Council makes report on former city manager public

By: Terry Oparka | Troy Times | Published April 10, 2018

A divided Troy City Council made a report on former Troy City Manager Brian Kischnick public after listening to residents and after lengthy discussion.

Councilman David Hamilton brought the matter forward as a council referral item at the April 9 meeting.

Council members Edna Abrahim, Ellen Hodorek, Ethan Baker and Hamilton voted to waive the attorney-client privilege on the city labor counsel’s 2016 report. Mayor Dane Slater, and Councilmen Ed Pennington and Dave Henderson opposed it.

A redacted copy of the report will be made available in coming weeks through the Troy City Clerk’s Office under Michigan Freedom of Information Act guidelines. It will contain, per the council’s request, the city’s 2016 media statement, Kischnick’s employment action plan and a newspaper article.

On Aug. 8, 2016, the council, after heated discussion, voted 4-3 against waiving attorney-client privilege, which would have made public a report regarding Kischnick that the council had considered in three closed sessions —  Abrahim made the motion to waive the attorney-client privilege. Prior to that, a media statement Troy City Attorney Lori Grigg-Bluhm released on July 27, 2016, laid out issues involving Kischnick and a car accident with a city vehicle, as well as questionable moves involving a vendor, the purchase of phone accessories and the city manager’s car allowance.

The council placed Kischnick on an employment action plan on Aug. 22, 2016.

Kischnick was required to review the city’s insurance coverage and policies for reporting incidences, and to review the purchasing ordinance in its totality, including the definitions of emergency purchases, authority and reporting.

He was also required to draft a summary of purchasing steps that must be followed; to draft a plan to identify the responsibilities for reporting purchases to the City Council, including emergency purchases, bids and quotes; and to draft a technology purchasing policy and report such purchases to the City Council at a regular City Council meeting.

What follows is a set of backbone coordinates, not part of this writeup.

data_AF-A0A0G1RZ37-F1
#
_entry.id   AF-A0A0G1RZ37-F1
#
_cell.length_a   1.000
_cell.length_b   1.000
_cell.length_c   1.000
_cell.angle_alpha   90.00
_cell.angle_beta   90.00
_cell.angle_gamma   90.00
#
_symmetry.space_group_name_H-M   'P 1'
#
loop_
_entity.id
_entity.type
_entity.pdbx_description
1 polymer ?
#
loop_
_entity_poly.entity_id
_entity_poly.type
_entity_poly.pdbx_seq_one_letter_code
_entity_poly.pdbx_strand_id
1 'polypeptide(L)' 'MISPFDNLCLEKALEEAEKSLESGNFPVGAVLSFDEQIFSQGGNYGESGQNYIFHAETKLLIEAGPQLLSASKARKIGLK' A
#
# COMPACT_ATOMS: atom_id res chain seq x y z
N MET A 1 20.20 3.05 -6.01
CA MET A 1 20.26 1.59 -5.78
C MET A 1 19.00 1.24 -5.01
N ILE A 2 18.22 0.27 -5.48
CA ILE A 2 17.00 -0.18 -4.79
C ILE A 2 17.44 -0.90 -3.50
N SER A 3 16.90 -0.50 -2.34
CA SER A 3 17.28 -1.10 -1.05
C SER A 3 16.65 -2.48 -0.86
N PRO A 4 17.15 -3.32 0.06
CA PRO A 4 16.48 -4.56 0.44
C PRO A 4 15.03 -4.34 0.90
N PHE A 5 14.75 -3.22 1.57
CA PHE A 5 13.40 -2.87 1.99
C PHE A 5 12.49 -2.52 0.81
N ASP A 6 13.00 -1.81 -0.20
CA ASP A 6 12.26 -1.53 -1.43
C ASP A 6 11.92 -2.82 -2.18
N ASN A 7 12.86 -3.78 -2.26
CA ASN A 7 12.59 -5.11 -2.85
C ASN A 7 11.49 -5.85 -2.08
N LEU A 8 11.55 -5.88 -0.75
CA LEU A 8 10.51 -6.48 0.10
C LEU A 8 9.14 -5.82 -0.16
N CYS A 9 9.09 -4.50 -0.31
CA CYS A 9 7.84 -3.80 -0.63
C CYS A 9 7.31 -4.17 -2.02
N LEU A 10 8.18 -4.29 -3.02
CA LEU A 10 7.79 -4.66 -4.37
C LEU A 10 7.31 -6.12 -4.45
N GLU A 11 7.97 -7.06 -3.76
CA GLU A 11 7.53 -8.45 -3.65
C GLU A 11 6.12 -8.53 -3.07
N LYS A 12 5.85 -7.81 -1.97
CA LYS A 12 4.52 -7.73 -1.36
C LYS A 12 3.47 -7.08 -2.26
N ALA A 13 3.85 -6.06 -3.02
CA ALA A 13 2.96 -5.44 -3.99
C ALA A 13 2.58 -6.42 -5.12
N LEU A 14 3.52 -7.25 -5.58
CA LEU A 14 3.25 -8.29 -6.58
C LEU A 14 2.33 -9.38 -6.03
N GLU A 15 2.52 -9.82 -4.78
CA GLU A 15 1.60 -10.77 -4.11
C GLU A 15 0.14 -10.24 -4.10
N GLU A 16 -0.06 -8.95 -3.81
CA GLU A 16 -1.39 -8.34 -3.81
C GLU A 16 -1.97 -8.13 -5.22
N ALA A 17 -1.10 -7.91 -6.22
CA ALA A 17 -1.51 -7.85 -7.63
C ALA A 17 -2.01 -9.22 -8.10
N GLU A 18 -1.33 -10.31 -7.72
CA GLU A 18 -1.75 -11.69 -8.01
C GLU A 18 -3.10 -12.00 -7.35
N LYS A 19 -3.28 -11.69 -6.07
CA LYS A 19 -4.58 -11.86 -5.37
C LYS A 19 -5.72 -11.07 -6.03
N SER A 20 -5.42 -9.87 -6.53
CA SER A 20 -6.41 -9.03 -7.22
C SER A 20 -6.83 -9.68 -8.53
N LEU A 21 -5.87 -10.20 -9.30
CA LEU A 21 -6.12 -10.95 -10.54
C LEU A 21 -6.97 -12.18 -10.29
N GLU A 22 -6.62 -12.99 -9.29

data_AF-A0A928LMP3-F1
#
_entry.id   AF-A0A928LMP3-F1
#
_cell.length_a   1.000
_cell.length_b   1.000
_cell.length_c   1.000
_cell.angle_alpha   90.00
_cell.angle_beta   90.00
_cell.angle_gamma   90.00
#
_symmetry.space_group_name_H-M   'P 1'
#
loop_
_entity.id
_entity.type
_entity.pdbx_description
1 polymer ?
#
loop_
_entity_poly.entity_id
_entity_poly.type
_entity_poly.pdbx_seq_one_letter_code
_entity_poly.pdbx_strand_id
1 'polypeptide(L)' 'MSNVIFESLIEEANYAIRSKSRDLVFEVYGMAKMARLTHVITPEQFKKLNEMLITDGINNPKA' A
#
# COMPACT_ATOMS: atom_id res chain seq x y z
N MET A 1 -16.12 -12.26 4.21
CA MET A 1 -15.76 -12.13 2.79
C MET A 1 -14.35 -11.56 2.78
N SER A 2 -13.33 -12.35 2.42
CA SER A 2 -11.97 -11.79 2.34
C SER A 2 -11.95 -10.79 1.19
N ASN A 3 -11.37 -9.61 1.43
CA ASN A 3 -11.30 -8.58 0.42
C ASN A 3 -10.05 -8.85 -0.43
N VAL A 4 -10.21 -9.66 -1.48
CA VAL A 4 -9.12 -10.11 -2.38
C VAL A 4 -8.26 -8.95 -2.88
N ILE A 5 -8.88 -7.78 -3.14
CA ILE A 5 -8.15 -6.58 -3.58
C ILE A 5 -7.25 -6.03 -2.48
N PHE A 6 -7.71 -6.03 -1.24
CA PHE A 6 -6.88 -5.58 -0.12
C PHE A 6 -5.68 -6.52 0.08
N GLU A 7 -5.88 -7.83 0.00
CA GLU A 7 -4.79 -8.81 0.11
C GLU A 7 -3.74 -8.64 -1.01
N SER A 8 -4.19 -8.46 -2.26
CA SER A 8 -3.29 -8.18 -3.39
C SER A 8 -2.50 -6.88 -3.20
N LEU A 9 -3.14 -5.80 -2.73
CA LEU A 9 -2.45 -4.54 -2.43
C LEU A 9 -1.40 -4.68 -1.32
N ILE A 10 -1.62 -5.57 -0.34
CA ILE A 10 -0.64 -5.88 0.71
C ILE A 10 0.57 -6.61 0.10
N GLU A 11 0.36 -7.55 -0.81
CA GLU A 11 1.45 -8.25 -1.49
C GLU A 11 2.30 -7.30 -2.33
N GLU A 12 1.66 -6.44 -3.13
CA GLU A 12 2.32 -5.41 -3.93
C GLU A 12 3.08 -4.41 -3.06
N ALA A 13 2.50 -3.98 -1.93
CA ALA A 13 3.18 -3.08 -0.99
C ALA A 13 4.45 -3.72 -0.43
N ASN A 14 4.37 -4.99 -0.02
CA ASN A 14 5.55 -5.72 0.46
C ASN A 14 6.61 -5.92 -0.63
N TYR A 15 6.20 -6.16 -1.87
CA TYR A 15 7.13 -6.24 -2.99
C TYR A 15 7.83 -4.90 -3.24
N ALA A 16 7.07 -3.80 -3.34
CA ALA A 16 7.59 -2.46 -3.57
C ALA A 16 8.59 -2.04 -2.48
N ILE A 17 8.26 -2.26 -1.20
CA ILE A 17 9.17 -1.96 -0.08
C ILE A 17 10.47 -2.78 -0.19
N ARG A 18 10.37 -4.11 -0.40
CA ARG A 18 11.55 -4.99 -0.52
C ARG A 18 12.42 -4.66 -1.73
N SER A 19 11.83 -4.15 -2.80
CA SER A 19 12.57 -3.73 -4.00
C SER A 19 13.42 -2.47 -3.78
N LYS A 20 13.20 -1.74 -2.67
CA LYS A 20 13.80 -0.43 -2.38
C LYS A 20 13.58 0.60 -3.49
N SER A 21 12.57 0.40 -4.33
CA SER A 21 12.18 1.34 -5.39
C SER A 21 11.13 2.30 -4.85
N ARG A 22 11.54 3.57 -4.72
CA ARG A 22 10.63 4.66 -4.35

A dozen residents asked the council to release the report before the April 9 vote.

• “We’re all in this together,” said resident John Mayernick. “We all need to know what’s going on.”

• “Some of you protected Brian Kischnick,” said resident Sue Matthews. “It’s not till you allow transparency will it go away. We’re watching. We will hold you accountable.”

• “Act with integrity and finally release the report,” said Troy resident John Kulesz.

• “The public has a right to know of managerial transgressions,” said former Troy Mayor Jeanne Stine. “The truth is always the best defense.”

Hamilton said that “truth plus transparency equals trust. … I ask the council to support this.”

However, Slater said that would go against legal advice.

“The city attorney and current outside labor attorney advised each one of us not to release the attorney-client privileged document,” said Slater. “Release could result in potential lawsuit to the city.”

He added that keeping the report private would protect the rights of the employees who came forward. “They spoke under the pretense their statement was protected; now they are not,” Slater told C & G Newspapers.

Henderson described some material included in the report provided by former city labor attorney Craig Lang as “pontification” and said he was against waiving attorney-client privilege, which “protects the integrity of the whistleblower.”

Abrahim said releasing the report “won’t resolve all trust issues, but would be a significant step forward.”

She added that continuing to keep the report private would be no guarantee against litigation.

Kischnick, when reached by phone April 10, said he had no comment on the council’s decision.

Baker swings the vote

“I voted not to release the report in 2016,” Baker said. “I was about protecting the employees, not about Brian Kischnick. I never felt like there was a toxic work environment or employees were running scared.”

He thanked Maggie Hughes, a former city employee in the city manager’s office, for speaking at the March 19 meeting. She had told the council that Kischnick should have been fired many months ago, describing the culture at City Hall as “toxic” and Kischnick as a “manipulative schoolyard bully.”

“If you value the people that work here and are committed to healing the scars that Brian Kischnick left behind, I urge you to release the report,” she said at the prior meeting.

Baker initially proposed releasing the report without Lang’s opinions, which he later withdrew. He said a vote to release the report was a “right step in the right direction.”

Kischnick was hired as Troy city manager in 2012. He was arrested on an assault charge March 9 and was fired two days later.

Kischnick was arraigned March 10 in 52-4 District Court on one count of assault or assault and battery. His bond was set $5,000, 10 percent cash/surety, and Kischnick was to have no contact with the woman.

Under oath, Kischnick told 52-4 District Court Judge Kelley Kostin March 27 that he had called the reported victim March 19 to see if she was “all right — to see if she remembered what happened.”

Kostin amended Kischnick’s bond to $5,000, no cash surety, which he did not have — and Kischnick was led away in handcuffs.